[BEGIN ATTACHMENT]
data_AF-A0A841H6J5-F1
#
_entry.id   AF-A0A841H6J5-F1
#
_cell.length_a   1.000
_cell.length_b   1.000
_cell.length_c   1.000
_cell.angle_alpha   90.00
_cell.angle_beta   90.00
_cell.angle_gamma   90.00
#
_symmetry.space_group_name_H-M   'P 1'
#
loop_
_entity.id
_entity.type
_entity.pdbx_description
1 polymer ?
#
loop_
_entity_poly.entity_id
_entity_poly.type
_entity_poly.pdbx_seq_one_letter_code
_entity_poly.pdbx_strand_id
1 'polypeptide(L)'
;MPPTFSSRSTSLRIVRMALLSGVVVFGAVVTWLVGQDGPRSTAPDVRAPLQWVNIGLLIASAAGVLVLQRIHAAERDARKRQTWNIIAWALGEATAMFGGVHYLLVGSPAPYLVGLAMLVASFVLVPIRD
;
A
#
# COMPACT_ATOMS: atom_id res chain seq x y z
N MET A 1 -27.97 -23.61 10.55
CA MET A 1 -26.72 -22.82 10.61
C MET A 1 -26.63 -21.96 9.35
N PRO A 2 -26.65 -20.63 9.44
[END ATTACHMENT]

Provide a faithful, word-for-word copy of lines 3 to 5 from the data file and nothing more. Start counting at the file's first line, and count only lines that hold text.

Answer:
_entry.id   AF-A0A841H6J5-F1
#
_cell.length_a   1.000